The Antikythera Mechanism, an analog computer from the second century, was discovered in an ancient Grecian shipwreck in 1901. Although researchers could tell it was a computing machine when they found it, little else was known about it for a very long time.
Alexander Jones, an NYU historian, toldThe Washington Post, "In this very small volume of messed-up corroded metal you have packed in there enough knowledge to fill several books telling us about ancient technology, ancient science and the way these interacted with the broader culture of the time."
In 1959, physicist Derek de Solla Price claimed that he could tell from this gear alone that the computer was meant to calculate "astronomical events." For a while, this was all we knew...until very recently.
The secret to decoding this machine turned out to be this tablet made up of 3,500 Greek characters that were meant to describe the functions of the machine. For the longest time the tablet was nearly unreadable, having been damaged by the waters of the shipwreck in which it was found.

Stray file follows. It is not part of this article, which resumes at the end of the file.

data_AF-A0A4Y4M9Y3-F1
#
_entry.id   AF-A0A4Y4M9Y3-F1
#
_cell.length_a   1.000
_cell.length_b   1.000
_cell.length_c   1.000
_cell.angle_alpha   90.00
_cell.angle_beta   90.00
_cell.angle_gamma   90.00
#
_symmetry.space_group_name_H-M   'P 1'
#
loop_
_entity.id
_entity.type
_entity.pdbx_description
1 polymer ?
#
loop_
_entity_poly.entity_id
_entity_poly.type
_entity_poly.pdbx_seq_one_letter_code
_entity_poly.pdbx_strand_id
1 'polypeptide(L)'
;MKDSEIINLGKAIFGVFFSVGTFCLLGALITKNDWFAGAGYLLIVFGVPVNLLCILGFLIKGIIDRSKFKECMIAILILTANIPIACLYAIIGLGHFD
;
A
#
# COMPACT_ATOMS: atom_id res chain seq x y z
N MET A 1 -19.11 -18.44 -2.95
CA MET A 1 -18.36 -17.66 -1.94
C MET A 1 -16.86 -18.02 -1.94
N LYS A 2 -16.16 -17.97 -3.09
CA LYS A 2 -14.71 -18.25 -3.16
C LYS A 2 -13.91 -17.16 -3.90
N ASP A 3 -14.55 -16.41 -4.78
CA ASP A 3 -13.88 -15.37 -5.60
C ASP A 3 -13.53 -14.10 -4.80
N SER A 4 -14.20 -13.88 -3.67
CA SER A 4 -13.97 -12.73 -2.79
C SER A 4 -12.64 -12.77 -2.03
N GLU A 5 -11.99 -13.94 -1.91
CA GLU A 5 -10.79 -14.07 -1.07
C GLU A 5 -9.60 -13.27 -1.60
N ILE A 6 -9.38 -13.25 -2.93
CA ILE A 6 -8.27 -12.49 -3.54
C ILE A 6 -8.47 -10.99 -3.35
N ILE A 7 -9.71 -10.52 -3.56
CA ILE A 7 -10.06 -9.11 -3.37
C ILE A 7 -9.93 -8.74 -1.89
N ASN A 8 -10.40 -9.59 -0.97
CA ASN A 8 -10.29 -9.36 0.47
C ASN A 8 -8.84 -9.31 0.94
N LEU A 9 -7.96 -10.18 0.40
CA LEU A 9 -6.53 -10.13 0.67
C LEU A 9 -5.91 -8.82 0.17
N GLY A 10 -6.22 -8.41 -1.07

This is predicted to have been the original look of the machine. It mostly likely had three clock-like interfaces, which were meant to predict the turning of the (then) five known planets, as well as the Olympic games (amongst other sports events) and the date of the next eclipse.
It's truly a unique machine, and our knowledge of it is not even complete!
There are 20 more gears left to salvage that could hint at further uses and technological intricacies of the machine, and it'll take further discoveries to truly figure out this ancient computer's many subtleties. It's eerie just how close the ancient Greeks came to the technology we have today.